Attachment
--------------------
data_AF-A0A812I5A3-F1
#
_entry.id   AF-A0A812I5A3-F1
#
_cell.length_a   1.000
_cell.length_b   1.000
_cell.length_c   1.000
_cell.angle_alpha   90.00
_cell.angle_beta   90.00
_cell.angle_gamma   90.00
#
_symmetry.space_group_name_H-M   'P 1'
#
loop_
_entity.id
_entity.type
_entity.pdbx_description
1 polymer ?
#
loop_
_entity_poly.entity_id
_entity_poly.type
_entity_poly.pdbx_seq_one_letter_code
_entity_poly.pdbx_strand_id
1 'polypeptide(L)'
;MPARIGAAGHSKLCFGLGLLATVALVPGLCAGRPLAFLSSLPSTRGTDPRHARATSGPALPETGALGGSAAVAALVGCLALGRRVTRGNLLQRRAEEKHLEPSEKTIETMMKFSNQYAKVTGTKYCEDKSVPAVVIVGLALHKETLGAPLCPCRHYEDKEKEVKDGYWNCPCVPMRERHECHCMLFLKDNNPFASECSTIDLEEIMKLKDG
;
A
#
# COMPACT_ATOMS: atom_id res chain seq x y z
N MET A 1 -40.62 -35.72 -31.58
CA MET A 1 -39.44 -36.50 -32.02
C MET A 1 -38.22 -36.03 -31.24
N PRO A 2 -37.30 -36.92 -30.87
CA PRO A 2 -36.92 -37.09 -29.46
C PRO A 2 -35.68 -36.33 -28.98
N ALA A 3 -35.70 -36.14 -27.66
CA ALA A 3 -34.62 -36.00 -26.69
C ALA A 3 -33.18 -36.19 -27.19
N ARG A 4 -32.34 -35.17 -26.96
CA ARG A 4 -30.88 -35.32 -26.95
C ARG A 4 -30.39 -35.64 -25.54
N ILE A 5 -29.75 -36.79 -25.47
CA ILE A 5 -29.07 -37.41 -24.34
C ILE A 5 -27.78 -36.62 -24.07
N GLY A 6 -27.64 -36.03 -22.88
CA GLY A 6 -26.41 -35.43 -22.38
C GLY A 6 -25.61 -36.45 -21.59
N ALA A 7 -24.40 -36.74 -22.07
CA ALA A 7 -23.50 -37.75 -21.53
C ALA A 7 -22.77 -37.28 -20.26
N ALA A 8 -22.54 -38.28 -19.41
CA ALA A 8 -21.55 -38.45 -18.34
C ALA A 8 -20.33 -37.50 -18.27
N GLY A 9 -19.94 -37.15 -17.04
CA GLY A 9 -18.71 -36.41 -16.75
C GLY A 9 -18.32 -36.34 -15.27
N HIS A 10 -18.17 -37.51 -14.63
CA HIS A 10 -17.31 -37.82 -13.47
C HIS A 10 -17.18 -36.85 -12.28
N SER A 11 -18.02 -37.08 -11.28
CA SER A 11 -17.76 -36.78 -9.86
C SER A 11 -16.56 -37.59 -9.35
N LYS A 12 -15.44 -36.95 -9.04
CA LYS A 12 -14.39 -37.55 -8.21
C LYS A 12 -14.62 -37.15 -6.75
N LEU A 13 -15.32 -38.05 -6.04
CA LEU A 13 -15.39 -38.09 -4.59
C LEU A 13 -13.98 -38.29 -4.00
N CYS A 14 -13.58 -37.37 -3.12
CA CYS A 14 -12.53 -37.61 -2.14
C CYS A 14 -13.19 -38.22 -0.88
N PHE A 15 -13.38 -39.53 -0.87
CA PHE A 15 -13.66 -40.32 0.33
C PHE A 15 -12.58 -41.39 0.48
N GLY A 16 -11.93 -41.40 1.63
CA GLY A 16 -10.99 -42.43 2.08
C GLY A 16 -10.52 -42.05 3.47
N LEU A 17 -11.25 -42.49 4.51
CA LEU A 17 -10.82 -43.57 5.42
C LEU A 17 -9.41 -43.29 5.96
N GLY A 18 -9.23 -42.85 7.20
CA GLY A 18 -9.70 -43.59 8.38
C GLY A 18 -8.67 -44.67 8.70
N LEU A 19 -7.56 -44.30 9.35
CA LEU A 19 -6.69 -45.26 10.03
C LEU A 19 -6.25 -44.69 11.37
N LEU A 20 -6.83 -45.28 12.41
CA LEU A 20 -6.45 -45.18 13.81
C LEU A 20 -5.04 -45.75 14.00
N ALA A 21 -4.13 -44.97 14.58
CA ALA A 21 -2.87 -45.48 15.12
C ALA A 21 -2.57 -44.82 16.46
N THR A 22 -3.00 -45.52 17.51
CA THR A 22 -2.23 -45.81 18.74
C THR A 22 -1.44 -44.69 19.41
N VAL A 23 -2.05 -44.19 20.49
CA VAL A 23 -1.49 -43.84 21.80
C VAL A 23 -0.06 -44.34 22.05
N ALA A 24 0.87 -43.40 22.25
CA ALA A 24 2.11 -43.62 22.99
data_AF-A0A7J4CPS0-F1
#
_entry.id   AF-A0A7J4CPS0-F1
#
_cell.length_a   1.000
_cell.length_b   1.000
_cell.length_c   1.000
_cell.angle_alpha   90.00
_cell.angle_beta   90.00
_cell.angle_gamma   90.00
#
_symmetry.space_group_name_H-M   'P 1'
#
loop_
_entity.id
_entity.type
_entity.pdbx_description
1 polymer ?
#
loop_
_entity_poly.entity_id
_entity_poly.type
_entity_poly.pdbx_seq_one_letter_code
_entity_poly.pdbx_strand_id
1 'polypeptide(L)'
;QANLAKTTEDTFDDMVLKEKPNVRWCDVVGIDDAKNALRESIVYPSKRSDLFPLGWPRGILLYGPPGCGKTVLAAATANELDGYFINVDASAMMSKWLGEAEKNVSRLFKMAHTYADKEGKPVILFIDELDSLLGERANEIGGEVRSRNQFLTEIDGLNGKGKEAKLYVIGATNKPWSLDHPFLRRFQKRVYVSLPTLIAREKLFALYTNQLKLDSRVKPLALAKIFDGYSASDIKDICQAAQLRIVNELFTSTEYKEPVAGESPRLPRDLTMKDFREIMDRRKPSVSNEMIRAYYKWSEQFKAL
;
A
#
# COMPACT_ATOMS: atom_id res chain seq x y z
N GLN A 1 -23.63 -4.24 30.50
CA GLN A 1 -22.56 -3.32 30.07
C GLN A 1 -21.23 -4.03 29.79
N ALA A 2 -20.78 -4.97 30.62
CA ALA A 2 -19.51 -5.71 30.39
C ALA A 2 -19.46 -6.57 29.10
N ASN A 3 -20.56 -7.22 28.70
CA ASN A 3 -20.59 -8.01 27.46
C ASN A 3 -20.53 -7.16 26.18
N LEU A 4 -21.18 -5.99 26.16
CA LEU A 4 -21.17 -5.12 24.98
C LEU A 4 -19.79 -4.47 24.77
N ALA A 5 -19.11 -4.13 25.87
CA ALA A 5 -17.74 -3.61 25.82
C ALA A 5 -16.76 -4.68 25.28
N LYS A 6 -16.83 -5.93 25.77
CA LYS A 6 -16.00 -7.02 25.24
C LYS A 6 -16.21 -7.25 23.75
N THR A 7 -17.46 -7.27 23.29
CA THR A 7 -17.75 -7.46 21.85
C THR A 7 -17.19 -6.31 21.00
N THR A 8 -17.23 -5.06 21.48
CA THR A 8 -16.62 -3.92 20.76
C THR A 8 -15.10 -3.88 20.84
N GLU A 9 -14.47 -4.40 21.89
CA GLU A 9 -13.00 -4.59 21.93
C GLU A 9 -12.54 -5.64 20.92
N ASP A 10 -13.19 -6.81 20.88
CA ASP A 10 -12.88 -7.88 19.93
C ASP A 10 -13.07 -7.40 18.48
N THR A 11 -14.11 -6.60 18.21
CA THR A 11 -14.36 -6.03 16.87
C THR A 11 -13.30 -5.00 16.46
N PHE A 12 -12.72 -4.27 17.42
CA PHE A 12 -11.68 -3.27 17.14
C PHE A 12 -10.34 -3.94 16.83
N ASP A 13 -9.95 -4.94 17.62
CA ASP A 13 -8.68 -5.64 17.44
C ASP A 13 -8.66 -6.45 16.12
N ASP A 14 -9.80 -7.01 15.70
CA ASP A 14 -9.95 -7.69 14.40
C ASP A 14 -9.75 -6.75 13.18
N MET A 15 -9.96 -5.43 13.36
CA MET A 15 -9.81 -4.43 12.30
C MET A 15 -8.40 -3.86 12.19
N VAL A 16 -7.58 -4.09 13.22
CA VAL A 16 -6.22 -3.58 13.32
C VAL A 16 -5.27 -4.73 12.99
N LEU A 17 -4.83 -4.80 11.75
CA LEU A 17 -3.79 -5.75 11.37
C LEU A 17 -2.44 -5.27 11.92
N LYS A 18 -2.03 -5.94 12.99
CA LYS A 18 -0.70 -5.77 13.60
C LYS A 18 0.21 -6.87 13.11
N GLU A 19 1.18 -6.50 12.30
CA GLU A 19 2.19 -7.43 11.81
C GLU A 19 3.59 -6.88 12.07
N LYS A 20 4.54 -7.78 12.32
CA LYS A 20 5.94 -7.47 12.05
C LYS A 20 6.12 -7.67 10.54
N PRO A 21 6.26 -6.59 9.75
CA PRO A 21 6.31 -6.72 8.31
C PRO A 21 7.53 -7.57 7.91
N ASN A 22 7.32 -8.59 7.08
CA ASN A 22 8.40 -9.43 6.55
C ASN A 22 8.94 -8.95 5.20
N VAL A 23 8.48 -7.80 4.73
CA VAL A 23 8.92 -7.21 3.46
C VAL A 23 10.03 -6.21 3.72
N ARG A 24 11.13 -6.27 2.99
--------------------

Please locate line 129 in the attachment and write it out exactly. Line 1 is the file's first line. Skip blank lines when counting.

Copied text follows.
A